The orientation of the foot is the pointing with the toe when moving forward or with the heel when moving back. The foot works a bit like a rudder in a boat: it is oriented in the requisite direction and then the whole moves in the direction. However, it is not obvious how the direction of the rudder/foot affects the direction of the movement and so some explorations help us to coordinate your movement so that you learn, as with learning to drive a car or steer a boat, how your foot movement affects the direction of the movement of the whole couple. Moreover, you need to learn to do this without looking at your feet.

One way you can do that is with the help of an imaginary clock. The centre of the clos is between the heels. The feet are the two hands of the clock. Lets say the left foot is the big hand and the right foot is the small hand. If you point both toes forward this is 12 o’clock. If you point the feet out that’s 11.05, 10.10, and 9.15 which would be like a ballet dancers turn out. Normally you will keep one foot/hand still and the other foot/hand will turn.

The normal starting position is 11.05 and so this is your point of reference. You will never be at 12 o’clock. To turn right you will move to 11.10 by drawing the heel/knee up and then dropping the foot in the new position. When you then draw up the right foot you will be in the new position and thus return to 11.05. To turn left you draw up the left heel/knee and drop it at 10.05, and then follow that with the right foot to return to the neutral position. Always practice these movements with good posture and alignment, floating your head on top of your spine.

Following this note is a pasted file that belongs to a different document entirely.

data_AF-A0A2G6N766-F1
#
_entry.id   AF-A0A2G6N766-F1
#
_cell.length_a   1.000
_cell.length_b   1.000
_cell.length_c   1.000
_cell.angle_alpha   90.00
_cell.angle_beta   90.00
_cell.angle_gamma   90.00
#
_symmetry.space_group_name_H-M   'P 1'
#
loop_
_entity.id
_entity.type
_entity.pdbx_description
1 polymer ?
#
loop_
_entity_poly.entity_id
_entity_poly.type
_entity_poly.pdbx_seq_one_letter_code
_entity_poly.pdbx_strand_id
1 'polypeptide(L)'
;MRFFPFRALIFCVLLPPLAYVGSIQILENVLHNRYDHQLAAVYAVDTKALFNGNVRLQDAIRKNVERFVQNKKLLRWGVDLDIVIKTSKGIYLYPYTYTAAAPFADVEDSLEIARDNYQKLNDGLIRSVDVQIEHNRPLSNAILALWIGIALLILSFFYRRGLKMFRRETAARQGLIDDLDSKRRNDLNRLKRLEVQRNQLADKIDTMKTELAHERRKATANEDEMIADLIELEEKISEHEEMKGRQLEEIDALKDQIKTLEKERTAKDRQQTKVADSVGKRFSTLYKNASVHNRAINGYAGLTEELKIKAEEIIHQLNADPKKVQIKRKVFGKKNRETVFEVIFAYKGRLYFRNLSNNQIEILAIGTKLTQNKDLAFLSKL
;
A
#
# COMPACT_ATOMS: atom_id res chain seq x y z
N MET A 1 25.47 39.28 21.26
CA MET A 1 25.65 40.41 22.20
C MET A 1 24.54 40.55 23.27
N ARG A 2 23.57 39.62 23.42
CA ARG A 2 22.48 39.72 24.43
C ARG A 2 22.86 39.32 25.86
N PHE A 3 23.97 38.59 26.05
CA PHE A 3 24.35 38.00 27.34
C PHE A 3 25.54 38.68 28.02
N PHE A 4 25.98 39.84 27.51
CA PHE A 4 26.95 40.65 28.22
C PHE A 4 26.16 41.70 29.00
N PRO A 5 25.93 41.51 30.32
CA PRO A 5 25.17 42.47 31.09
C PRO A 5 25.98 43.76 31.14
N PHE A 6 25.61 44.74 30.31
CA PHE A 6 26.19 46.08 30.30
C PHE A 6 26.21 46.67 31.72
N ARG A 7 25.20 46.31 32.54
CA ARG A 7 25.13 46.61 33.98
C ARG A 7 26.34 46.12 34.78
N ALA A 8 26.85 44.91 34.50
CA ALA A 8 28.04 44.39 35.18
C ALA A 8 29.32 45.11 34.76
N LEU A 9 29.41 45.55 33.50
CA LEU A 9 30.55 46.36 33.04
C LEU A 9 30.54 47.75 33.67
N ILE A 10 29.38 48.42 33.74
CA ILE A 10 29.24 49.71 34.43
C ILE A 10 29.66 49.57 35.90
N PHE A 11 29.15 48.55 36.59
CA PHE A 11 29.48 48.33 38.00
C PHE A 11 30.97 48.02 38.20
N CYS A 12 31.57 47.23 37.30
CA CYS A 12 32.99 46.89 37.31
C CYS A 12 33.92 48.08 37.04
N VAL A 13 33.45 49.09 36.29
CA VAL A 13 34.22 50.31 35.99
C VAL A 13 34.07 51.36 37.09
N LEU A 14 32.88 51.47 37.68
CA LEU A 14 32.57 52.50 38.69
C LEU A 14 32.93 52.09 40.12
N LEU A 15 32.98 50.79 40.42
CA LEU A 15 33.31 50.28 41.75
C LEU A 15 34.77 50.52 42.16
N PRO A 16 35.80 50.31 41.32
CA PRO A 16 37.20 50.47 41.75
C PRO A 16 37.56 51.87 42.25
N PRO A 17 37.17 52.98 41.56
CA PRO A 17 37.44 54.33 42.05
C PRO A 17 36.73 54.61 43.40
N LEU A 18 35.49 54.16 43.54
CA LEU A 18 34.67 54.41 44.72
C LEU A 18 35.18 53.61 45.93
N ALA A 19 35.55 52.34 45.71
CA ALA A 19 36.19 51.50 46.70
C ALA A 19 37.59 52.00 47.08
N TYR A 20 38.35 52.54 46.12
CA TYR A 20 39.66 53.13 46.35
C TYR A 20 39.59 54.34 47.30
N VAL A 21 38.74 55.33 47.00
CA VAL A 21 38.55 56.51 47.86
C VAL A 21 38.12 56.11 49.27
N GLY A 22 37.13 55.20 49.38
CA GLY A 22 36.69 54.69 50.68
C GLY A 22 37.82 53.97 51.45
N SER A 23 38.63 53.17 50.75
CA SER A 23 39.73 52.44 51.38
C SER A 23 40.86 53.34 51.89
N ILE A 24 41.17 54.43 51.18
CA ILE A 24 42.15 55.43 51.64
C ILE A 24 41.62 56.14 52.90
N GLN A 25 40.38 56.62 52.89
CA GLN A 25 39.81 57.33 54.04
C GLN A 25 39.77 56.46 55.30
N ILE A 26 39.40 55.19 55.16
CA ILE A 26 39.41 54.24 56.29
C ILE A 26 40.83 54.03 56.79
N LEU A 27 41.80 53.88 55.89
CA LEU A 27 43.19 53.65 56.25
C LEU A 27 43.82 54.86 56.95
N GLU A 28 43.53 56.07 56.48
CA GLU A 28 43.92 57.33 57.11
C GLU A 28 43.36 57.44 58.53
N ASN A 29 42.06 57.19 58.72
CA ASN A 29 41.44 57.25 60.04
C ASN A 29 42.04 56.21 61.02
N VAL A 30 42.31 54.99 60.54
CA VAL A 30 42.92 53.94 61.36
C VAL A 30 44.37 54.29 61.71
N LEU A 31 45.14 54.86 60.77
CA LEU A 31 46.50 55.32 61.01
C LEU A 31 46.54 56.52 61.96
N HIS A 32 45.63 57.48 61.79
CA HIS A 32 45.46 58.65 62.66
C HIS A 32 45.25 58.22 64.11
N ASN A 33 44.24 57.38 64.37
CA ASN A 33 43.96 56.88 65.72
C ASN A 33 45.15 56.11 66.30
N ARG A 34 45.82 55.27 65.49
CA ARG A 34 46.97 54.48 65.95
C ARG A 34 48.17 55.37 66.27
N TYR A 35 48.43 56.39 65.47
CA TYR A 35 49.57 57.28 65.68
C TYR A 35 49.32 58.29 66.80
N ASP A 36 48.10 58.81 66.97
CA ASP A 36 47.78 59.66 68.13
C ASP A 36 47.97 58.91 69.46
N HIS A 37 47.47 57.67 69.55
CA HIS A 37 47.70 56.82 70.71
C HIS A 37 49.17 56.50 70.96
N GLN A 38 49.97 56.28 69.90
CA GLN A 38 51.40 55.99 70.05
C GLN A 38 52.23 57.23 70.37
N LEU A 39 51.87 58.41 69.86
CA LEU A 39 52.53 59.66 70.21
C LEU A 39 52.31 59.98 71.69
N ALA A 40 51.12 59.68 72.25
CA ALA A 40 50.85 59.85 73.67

Notes

*In some styles of tango feet point forward so that to turn it is necesssary to swivel. Swiveling is not an efficient way to move or turn (see Turning). While it looks aesthetically pleasing and allows for large expressive movements with large hip movement, it is inherently unstable and requires a level of strength and athleticity that is not suitable to social dancing and is not an efficient way of moving will lead to fatigue. Finally, it is completely at odds with the requirements of the sustained close embrace. So because you do not want to swivel and you want the hips to remain relatively square to the shoulders and always facing the partner, you need to free up the feet.

Naturalness

“I’m a natural dancer” (Tango teacher)

My very first tango teacher was an Argentinian who happened to also be an above average dancer. In addition to teaching he did performances in restaurants and at events. He taught in the standard way for the time: 8-step paso basico, ocho, cross, ganchos, etc. When a new tango teacher appeared on the local scene my teacher was not looking too happy. The other guy was not Argentinian. My teacher said that the other guy is academico whereas he himself is a natural dancer. I asked myself whether learning from a ‘natural dancer’ means that I will be a natural dancer as well, or whether having taken dancing lessons I’m destined to be forever ‘academico’. I reasoned that being a ‘natural’ dancer means that you don’t learn through classes but somehow just by dancing. The only thing that gave me hope was that the academico teacher seemed to do a lot of talking and explanation whereas my Argentinian teacher simply demonstrated the steps and there was not much explanation, mainly due to his limited English skills.